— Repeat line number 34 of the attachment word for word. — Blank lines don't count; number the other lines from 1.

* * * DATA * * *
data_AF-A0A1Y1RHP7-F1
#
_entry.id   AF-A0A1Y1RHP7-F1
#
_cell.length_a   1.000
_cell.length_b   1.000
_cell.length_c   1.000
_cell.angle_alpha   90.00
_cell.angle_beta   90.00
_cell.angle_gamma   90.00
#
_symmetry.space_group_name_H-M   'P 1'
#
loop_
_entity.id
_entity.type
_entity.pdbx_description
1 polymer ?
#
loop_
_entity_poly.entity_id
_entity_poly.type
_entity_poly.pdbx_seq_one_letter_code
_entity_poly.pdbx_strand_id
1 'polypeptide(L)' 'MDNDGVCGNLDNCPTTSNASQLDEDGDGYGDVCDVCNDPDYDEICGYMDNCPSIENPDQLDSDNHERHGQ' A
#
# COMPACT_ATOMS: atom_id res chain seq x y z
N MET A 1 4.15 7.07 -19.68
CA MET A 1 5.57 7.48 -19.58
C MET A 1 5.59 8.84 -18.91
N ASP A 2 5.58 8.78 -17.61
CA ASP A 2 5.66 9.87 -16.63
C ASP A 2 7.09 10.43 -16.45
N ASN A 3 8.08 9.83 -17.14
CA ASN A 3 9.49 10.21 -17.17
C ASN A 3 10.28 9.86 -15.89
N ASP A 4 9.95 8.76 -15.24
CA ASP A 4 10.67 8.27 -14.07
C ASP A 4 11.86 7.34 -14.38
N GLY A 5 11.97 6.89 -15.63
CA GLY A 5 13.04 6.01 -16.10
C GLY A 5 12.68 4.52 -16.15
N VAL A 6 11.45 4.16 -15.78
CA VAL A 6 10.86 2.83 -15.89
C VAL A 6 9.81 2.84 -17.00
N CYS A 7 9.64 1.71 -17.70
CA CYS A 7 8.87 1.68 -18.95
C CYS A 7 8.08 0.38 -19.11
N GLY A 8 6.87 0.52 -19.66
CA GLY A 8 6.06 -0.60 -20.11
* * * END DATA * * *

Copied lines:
N ASN A 3 8.08 9.83 -17.14